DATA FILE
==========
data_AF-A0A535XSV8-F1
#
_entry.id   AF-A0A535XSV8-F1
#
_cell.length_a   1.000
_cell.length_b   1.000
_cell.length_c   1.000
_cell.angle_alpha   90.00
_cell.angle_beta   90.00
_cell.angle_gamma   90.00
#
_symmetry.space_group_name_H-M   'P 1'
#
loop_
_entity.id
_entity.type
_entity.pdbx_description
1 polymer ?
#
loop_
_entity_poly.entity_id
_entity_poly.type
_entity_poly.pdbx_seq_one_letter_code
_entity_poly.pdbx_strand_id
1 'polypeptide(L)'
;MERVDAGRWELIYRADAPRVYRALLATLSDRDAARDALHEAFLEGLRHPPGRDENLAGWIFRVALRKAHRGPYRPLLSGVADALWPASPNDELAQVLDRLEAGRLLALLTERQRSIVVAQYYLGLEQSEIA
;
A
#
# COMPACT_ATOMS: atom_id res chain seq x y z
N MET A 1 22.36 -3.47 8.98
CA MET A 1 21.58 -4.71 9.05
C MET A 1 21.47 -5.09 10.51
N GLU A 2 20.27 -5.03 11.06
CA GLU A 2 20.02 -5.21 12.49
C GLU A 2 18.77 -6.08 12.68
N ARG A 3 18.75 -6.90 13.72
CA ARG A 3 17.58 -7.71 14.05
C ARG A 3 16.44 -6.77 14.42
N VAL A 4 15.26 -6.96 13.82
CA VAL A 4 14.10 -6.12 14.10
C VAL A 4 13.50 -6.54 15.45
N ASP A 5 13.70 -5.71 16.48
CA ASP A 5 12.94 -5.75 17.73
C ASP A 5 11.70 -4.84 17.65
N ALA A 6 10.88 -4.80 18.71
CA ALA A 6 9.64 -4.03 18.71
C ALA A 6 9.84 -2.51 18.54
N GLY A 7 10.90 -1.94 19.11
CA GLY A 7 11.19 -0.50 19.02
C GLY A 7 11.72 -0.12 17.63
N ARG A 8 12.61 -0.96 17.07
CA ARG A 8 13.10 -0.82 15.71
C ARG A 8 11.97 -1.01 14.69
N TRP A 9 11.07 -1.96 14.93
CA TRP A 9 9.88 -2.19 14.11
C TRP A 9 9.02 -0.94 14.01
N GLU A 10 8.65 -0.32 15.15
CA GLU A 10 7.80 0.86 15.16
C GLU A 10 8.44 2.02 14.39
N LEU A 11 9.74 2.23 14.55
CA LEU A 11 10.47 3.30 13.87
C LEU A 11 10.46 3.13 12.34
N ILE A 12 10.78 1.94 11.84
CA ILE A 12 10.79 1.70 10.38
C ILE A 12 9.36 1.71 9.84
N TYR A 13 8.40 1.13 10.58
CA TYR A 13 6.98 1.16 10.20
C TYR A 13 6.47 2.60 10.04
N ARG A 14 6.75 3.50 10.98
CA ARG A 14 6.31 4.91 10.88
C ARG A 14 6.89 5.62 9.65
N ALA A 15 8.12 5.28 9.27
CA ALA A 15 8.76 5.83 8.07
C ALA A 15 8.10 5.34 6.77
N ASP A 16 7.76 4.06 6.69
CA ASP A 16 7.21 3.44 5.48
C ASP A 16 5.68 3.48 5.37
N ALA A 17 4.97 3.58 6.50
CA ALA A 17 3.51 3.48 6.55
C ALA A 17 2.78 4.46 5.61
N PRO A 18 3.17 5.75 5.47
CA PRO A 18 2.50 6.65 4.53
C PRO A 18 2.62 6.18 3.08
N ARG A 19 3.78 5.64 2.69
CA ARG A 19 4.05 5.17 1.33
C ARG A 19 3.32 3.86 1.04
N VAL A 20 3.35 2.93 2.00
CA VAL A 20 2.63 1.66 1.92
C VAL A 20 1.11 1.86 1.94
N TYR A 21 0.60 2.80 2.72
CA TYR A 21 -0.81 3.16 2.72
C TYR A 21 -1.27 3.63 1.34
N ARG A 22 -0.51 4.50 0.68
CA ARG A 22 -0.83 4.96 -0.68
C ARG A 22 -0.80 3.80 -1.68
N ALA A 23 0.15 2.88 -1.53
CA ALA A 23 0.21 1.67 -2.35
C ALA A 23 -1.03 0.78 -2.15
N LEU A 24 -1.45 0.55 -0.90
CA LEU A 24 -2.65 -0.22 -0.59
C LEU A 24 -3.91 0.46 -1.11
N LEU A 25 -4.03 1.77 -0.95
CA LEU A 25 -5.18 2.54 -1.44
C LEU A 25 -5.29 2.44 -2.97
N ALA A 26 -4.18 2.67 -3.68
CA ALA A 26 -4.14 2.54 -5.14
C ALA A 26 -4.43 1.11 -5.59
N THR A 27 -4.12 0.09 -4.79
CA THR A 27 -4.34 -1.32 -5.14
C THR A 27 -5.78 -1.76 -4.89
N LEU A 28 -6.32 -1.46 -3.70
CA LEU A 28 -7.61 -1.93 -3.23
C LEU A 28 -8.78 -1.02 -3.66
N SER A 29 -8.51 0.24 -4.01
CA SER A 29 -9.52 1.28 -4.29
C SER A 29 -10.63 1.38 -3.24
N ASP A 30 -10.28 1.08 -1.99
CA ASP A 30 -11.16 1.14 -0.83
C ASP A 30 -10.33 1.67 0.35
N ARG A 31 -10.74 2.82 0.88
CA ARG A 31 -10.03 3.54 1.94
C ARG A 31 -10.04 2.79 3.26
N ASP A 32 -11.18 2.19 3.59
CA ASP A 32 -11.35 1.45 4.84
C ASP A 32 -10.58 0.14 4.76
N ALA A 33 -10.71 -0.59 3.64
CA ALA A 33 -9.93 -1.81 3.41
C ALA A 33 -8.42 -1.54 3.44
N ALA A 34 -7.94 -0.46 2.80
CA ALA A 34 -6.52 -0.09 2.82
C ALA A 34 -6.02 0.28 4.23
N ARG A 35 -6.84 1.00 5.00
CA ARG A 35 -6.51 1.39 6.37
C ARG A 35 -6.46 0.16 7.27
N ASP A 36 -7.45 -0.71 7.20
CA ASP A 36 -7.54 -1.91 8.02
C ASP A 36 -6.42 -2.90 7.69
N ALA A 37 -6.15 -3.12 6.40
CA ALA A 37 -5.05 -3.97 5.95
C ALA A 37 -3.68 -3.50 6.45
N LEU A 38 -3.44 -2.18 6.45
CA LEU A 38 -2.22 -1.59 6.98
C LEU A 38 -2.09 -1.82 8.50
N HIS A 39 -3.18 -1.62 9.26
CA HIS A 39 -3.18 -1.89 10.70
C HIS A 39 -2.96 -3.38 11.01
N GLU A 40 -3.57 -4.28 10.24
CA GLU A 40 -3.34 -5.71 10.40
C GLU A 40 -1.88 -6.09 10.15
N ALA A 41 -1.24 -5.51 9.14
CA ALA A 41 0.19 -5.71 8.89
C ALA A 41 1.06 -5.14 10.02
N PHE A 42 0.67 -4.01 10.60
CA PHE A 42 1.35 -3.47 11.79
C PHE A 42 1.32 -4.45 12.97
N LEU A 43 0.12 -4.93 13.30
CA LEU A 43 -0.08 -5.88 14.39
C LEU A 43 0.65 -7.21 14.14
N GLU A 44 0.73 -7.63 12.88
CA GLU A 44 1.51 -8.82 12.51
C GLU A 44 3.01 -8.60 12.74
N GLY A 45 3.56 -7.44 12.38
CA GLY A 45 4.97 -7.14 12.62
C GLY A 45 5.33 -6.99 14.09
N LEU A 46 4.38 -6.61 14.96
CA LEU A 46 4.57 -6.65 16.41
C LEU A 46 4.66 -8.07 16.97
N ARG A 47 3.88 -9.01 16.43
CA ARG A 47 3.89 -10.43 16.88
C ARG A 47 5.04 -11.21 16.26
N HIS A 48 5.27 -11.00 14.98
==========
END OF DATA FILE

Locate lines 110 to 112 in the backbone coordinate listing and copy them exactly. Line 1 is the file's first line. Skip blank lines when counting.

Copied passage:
CA THR A 27 -4.34 -1.32 -5.14
C THR A 27 -5.78 -1.76 -4.89
N LEU A 28 -6.32 -1.46 -3.70